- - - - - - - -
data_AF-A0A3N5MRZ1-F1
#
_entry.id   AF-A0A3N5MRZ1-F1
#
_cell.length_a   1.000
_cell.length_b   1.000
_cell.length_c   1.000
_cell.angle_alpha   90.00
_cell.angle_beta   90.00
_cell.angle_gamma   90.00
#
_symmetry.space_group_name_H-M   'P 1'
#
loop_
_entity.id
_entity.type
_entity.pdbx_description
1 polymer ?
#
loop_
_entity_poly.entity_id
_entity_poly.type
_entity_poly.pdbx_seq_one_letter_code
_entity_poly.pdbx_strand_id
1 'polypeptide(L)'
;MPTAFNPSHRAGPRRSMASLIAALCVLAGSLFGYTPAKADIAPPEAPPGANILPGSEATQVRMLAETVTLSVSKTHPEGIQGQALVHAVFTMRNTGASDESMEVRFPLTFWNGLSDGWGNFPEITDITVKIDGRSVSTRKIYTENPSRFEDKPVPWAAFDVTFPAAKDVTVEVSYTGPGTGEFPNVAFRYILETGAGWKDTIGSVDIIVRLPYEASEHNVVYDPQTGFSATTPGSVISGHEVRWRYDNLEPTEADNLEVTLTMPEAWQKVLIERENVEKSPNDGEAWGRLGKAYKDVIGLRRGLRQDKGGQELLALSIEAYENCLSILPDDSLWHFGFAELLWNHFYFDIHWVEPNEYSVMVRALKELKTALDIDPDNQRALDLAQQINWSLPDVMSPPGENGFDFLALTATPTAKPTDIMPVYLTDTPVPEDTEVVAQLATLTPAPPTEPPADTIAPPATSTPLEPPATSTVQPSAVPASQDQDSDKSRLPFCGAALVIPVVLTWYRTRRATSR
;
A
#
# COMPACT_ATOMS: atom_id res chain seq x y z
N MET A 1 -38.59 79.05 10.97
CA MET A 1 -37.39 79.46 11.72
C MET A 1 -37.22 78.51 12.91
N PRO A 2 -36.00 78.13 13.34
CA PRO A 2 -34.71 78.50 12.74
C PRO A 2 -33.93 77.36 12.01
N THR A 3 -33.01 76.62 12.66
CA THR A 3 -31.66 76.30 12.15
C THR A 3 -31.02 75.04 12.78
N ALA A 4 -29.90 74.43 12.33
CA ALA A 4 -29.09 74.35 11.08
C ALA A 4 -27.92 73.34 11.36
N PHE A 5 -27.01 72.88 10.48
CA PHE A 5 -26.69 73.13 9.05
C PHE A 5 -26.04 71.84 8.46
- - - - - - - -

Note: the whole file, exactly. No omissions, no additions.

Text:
data_AF-A0A3N5MRZ1-F1
#
_entry.id   AF-A0A3N5MRZ1-F1
#
_cell.length_a   1.000
_cell.length_b   1.000
_cell.length_c   1.000
_cell.angle_alpha   90.00
_cell.angle_beta   90.00
_cell.angle_gamma   90.00
#
_symmetry.space_group_name_H-M   'P 1'
#
loop_
_entity.id
_entity.type
_entity.pdbx_description
1 polymer ?
#
loop_
_entity_poly.entity_id
_entity_poly.type
_entity_poly.pdbx_seq_one_letter_code
_entity_poly.pdbx_strand_id
1 'polypeptide(L)'
;MPTAFNPSHRAGPRRSMASLIAALCVLAGSLFGYTPAKADIAPPEAPPGANILPGSEATQVRMLAETVTLSVSKTHPEGIQGQALVHAVFTMRNTGASDESMEVRFPLTFWNGLSDGWGNFPEITDITVKIDGRSVSTRKIYTENPSRFEDKPVPWAAFDVTFPAAKDVTVEVSYTGPGTGEFPNVAFRYILETGAGWKDTIGSVDIIVRLPYEASEHNVVYDPQTGFSATTPGSVISGHEVRWRYDNLEPTEADNLEVTLTMPEAWQKVLIERENVEKSPNDGEAWGRLGKAYKDVIGLRRGLRQDKGGQELLALSIEAYENCLSILPDDSLWHFGFAELLWNHFYFDIHWVEPNEYSVMVRALKELKTALDIDPDNQRALDLAQQINWSLPDVMSPPGENGFDFLALTATPTAKPTDIMPVYLTDTPVPEDTEVVAQLATLTPAPPTEPPADTIAPPATSTPLEPPATSTVQPSAVPASQDQDSDKSRLPFCGAALVIPVVLTWYRTRRATSR
;
A
#
# COMPACT_ATOMS: atom_id res chain seq x y z
N MET A 1 -38.59 79.05 10.97
CA MET A 1 -37.39 79.46 11.72
C MET A 1 -37.22 78.51 12.91
N PRO A 2 -36.00 78.13 13.34
CA PRO A 2 -34.71 78.50 12.74
C PRO A 2 -33.93 77.36 12.01
N THR A 3 -33.01 76.62 12.66
CA THR A 3 -31.66 76.30 12.15
C THR A 3 -31.02 75.04 12.78
N ALA A 4 -29.90 74.43 12.33
CA ALA A 4 -29.09 74.35 11.08
C ALA A 4 -27.92 73.34 11.36
N PHE A 5 -27.01 72.88 10.48
CA PHE A 5 -26.69 73.13 9.05
C PHE A 5 -26.04 71.84 8.46